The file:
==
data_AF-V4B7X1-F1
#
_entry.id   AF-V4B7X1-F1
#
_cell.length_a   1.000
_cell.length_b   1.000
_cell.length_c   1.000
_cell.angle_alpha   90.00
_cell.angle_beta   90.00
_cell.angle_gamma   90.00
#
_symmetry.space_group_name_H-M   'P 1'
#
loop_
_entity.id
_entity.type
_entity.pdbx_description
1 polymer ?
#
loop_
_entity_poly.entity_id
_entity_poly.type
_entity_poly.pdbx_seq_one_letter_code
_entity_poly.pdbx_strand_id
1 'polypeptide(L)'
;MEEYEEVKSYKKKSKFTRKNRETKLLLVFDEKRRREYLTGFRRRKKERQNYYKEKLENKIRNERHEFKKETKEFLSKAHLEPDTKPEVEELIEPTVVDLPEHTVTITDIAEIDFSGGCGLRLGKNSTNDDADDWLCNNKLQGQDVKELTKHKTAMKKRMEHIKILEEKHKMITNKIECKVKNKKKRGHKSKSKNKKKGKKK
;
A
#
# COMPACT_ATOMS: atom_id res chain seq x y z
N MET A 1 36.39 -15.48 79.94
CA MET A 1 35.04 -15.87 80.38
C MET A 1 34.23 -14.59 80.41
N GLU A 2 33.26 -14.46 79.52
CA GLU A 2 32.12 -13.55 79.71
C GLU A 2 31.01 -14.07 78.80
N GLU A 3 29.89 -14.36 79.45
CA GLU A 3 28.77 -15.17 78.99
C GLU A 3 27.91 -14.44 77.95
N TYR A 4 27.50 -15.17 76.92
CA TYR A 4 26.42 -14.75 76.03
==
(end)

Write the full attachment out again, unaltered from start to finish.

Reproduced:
data_AF-V4B7X1-F1
#
_entry.id   AF-V4B7X1-F1
#
_cell.length_a   1.000
_cell.length_b   1.000
_cell.length_c   1.000
_cell.angle_alpha   90.00
_cell.angle_beta   90.00
_cell.angle_gamma   90.00
#
_symmetry.space_group_name_H-M   'P 1'
#
loop_
_entity.id
_entity.type
_entity.pdbx_description
1 polymer ?
#
loop_
_entity_poly.entity_id
_entity_poly.type
_entity_poly.pdbx_seq_one_letter_code
_entity_poly.pdbx_strand_id
1 'polypeptide(L)'
;MEEYEEVKSYKKKSKFTRKNRETKLLLVFDEKRRREYLTGFRRRKKERQNYYKEKLENKIRNERHEFKKETKEFLSKAHLEPDTKPEVEELIEPTVVDLPEHTVTITDIAEIDFSGGCGLRLGKNSTNDDADDWLCNNKLQGQDVKELTKHKTAMKKRMEHIKILEEKHKMITNKIECKVKNKKKRGHKSKSKNKKKGKKK
;
A
#
# COMPACT_ATOMS: atom_id res chain seq x y z
N MET A 1 36.39 -15.48 79.94
CA MET A 1 35.04 -15.87 80.38
C MET A 1 34.23 -14.59 80.41
N GLU A 2 33.26 -14.46 79.52
CA GLU A 2 32.12 -13.55 79.71
C GLU A 2 31.01 -14.07 78.80
N GLU A 3 29.89 -14.36 79.45
CA GLU A 3 28.77 -15.17 78.99
C GLU A 3 27.91 -14.44 77.95
N TYR A 4 27.50 -15.17 76.92
CA TYR A 4 26.42 -14.75 76.03